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Autor: anton • January 15, 2011 • 3,307 Words (14 Pages) • 1,180 Views
The unique requirements of the additional 3PÐ²Ð‚™sÐ²Ð‚"people, physical evidence, and process are driven by the particular characteristics of serviceÐ²Ð‚"intangibility, inseparability, variability, and perish ability. These characteristics also pose more marketing complexities which require different management activities.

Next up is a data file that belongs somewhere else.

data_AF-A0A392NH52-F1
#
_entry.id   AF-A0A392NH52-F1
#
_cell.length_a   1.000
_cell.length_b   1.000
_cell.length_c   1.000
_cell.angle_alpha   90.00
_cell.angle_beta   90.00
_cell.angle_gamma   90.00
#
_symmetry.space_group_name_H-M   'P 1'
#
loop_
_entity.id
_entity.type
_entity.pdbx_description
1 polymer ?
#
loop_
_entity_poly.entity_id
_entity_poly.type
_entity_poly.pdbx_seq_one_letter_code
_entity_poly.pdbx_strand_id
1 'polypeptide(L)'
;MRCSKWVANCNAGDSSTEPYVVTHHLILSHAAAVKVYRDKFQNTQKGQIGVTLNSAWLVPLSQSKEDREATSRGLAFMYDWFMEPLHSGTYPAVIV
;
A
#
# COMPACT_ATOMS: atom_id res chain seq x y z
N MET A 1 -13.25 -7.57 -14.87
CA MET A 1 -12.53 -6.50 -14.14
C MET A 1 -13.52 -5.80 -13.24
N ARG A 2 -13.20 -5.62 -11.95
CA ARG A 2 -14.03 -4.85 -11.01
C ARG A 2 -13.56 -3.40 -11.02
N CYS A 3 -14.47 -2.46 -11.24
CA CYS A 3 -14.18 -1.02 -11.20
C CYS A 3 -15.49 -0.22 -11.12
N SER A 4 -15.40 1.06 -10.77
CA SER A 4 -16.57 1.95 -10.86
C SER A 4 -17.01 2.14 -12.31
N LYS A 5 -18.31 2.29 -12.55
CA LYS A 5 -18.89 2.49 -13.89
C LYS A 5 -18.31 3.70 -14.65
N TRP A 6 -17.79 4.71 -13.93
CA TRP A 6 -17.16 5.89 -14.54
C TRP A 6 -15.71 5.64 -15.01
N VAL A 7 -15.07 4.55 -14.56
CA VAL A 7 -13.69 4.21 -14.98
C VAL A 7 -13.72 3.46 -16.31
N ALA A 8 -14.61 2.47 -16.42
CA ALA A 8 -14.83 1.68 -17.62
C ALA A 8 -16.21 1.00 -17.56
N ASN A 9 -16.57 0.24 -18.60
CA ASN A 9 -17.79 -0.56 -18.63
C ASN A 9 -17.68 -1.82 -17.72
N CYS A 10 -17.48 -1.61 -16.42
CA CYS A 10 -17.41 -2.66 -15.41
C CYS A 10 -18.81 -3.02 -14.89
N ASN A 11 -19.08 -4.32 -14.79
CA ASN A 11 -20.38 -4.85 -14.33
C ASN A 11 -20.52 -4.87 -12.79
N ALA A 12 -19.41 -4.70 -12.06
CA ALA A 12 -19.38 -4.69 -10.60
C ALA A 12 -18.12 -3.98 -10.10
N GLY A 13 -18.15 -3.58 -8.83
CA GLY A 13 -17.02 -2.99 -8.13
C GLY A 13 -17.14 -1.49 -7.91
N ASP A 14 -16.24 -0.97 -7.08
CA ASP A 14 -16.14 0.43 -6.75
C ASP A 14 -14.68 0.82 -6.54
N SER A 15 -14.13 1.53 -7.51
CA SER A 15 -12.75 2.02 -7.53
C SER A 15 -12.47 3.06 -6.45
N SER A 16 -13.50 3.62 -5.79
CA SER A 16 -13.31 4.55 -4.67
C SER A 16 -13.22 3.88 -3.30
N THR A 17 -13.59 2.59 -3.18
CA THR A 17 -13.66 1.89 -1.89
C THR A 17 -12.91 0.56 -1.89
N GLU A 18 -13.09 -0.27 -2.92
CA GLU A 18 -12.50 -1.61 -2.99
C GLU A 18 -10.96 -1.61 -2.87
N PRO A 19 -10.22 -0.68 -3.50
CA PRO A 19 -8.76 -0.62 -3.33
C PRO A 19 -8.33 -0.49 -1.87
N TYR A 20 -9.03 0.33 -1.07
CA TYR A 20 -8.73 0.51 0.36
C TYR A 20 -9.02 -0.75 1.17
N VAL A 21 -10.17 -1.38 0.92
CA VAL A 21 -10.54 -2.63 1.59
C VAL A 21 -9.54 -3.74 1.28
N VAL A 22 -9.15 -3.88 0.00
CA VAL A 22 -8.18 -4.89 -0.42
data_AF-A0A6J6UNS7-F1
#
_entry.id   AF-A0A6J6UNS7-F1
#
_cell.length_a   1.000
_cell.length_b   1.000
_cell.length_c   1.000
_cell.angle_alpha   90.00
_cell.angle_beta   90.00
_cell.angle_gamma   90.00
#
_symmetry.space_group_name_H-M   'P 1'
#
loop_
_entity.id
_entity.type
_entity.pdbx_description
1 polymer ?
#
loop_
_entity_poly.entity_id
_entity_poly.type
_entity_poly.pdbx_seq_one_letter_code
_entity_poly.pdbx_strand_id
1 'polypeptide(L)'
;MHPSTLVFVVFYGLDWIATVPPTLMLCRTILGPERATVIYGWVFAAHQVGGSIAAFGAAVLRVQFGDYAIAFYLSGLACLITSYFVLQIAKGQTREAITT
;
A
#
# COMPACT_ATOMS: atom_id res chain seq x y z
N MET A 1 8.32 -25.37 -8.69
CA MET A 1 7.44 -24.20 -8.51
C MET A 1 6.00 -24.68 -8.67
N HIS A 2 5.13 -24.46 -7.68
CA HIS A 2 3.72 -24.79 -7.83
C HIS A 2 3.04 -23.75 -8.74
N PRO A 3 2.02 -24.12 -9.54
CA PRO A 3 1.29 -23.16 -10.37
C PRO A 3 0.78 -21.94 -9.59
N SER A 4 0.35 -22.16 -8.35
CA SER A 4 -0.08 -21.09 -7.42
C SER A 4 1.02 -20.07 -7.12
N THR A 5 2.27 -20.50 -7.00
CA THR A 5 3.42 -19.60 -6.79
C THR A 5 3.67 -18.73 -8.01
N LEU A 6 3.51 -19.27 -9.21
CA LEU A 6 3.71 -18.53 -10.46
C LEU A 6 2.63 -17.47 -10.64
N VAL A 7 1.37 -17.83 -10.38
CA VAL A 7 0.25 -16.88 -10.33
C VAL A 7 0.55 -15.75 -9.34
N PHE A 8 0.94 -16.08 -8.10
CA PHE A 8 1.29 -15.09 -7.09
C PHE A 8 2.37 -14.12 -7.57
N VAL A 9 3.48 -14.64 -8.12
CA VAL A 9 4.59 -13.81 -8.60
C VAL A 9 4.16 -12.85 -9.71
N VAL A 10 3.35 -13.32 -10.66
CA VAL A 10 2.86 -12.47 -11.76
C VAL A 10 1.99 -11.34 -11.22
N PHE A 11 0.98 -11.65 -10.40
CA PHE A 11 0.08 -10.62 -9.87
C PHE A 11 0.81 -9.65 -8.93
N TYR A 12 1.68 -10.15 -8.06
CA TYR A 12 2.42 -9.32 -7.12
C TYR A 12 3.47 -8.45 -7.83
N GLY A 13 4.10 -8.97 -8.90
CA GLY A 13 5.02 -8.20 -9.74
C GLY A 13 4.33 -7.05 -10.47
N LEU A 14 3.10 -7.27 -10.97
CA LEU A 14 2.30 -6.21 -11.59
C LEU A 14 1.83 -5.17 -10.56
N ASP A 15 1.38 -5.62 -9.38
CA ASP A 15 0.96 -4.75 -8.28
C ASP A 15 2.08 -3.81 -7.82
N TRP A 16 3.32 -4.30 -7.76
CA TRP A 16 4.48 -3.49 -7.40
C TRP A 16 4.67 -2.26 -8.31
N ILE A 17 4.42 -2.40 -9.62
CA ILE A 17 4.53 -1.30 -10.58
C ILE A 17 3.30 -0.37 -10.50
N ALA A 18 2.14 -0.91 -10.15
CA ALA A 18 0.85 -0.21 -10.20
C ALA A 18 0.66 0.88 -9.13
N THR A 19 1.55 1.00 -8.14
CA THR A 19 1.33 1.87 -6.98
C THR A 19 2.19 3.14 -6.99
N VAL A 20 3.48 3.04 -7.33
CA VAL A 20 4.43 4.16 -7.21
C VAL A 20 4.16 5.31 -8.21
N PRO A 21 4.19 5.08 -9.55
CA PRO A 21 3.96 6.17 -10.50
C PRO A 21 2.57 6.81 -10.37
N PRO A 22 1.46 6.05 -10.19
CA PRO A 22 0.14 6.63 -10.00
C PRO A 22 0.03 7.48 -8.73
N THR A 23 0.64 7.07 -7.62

All services are experiencesÐ²Ð‚"some are long in duration and some are short; some are complex and others are simple; some are mundane, whereas others are exciting and unique. (Wilson, Zeithaml, and Bitner, 2008) The delivery process of the service has been entitled the Servuction System by Langeard and Eiglier. They argued that a bundle of benefits are delivered through both visible and invisible parts which create an experience for the consumer. The experience can be affected by the visible inanimate environment of the organization which is part of the physical evidence, the invisible process for delivering the service, and the people involved in, both the contact personnel from inside the organization and other customers from outside the organization. Each part interacts and may influence the level of customer satisfaction. For example, a clean theater with comfortable seats and a spacious, well-lit parking lot may make the journey of going for a movie more enjoyable though the customer doesn't take any of that back home. Still, the environment of retail stores can influence peopleÐ²Ð‚™s willingness to stay and the background music can influence traffic flow and the degree consumers willing to spend. Moreover, a physically comfortable setting can accelerate an employeeÐ²Ð‚™s better performance and improve his or her emotional state. Undoubtedly, a friendly, knowledgeable, and helpful hotel staff can greatly affect oneÐ²Ð‚™s impression of the hotel. The interactive impact also exists in the service process. The process involves in all the activities when the service is produced and delivered. For example, the receptionist of a hotel taking the information to check the customer in and then the bell-boy taking the luggage to the room, these activities are seen directly by the customer as front stage activities. Other backstage activities that are unseen by the customer include a kitchen staff preparing meals and laundry staff washing the sheets. (McColl-Kennedy, 2002) A hotel stay experience is determined by the brief encounters with the front-desk staff, bellhops, housekeeping staff, restaurant wait staff and so on. (Rust, Zahorik and Keiningham, 1996) These people who play an interactive part in the production and delivery of the service may be management, service providers, support personnel or even other customers. As other customers can directly affect how the service is delivered, as well as the overall satisfaction level, it is important for management to train customers in terms of what is expected of them in a service establishment and, if necessary, remove customers who behave in an offensive way. In five-star resorts and upmarket restaurants, for example, management, staff and other customers have expectations about how staff and customers should behave-even what they should wear. Sometimes signs are provided in the establishment, detailing the dress code. For example, it is common to see signs saying Ð²Ð‚Ñšshirts must be worn in the restaurantÐ²Ð‚Ñœ and Ð²Ð‚ÑšNo thongsÐ²Ð‚Ñœ. (McColl-Kennedy, 2002)Ill-mannered restaurant customers at the next table, crying children in a nearby seat on an airplane, and commercial bank customers whose lengthy transactions take up the tellersÐ²Ð‚™ time are all examples of unpleasant service experience caused by other customers. (Rust, Zahorik and Keiningham, 1996) Therefore, a failure at any one point mentioned above may result in greater risk for dissatisfaction at each ensuing level.